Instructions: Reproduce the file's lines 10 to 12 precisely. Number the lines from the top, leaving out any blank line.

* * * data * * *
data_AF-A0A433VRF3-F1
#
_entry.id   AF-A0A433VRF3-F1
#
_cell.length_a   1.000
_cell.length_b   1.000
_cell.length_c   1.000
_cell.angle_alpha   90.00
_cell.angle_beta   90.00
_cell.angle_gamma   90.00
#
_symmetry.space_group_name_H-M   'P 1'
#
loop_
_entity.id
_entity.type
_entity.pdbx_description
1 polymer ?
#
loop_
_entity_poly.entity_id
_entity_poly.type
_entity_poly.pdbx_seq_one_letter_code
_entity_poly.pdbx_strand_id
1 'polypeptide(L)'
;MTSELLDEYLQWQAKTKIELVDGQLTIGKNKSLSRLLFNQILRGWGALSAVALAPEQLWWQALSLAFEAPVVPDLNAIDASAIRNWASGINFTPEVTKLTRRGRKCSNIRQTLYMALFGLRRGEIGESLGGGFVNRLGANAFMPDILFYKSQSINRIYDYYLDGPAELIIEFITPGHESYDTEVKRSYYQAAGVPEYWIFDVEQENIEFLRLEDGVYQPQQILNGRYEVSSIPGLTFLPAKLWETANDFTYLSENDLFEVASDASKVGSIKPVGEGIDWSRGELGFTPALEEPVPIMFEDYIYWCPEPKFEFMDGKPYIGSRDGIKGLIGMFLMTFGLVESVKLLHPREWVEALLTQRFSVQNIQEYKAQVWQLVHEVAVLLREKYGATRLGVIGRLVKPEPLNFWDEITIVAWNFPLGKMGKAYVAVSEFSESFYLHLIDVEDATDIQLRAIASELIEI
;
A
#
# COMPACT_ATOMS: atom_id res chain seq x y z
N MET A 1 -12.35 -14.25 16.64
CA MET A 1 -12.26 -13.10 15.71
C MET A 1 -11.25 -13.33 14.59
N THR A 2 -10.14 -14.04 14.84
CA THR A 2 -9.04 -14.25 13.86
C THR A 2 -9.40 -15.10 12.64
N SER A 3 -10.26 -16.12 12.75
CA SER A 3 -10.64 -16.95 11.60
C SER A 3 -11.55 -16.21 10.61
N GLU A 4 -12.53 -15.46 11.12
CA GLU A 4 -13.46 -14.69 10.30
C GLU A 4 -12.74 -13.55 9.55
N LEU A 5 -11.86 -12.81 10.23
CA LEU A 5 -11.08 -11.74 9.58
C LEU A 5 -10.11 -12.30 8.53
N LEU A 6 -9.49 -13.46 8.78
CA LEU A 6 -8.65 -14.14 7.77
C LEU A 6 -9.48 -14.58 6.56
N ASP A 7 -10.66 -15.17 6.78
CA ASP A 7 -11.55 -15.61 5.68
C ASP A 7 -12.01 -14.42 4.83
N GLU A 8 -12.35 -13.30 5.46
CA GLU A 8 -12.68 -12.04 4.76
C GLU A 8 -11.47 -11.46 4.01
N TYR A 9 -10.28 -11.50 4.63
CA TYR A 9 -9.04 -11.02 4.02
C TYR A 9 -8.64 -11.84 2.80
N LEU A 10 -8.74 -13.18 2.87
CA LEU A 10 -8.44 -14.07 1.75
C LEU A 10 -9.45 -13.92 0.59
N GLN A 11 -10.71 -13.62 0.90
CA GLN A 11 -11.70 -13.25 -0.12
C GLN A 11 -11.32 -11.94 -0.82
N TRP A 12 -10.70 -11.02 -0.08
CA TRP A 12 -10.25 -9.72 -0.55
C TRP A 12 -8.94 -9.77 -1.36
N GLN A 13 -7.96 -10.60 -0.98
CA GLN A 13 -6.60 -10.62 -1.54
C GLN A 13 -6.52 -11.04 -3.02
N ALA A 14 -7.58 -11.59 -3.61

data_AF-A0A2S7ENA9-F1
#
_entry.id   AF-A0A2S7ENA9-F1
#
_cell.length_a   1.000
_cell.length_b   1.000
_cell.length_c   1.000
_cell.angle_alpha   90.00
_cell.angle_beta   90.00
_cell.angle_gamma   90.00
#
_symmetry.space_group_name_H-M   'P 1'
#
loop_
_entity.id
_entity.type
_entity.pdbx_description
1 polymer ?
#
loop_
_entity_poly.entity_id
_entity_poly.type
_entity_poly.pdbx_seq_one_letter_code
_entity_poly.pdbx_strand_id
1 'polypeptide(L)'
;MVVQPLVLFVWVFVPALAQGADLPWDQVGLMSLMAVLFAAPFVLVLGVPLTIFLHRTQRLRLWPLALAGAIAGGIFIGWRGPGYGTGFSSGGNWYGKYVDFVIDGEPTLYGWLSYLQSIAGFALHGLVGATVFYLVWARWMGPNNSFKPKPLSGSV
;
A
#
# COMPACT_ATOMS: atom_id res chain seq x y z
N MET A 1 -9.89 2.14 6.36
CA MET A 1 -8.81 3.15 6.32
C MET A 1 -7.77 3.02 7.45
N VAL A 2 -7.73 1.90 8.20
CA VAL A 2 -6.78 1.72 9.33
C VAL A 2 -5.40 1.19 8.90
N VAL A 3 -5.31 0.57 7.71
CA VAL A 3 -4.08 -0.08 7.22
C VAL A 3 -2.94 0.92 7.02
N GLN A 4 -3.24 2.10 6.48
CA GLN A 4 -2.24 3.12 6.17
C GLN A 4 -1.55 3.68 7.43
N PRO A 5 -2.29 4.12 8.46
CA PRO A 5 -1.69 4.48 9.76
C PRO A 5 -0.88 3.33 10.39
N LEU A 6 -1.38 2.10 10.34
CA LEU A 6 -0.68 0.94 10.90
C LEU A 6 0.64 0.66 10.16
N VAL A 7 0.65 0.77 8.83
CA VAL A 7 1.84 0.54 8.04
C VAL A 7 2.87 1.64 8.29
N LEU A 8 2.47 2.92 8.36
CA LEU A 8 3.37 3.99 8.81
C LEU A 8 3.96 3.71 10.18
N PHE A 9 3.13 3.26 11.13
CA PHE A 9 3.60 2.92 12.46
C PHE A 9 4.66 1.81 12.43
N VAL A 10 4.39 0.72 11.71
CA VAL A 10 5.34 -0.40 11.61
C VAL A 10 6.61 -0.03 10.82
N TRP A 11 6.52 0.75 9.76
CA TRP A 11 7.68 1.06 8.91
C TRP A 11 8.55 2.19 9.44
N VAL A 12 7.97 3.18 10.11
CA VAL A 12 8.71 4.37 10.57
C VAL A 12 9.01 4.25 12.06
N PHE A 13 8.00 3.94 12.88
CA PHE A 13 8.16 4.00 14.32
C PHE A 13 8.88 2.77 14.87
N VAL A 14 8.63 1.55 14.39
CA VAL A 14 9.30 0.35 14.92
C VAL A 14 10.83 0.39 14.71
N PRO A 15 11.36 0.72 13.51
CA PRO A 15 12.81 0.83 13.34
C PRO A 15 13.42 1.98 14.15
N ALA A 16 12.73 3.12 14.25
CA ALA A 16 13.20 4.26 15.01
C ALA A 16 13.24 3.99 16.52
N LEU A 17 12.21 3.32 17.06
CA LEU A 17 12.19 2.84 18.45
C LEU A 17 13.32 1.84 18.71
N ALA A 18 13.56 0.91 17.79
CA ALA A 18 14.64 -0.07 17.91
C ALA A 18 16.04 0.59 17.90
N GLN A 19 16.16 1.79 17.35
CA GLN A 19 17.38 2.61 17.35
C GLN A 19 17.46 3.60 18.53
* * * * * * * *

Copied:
_cell.angle_gamma   90.00
#
_symmetry.space_group_name_H-M   'P 1'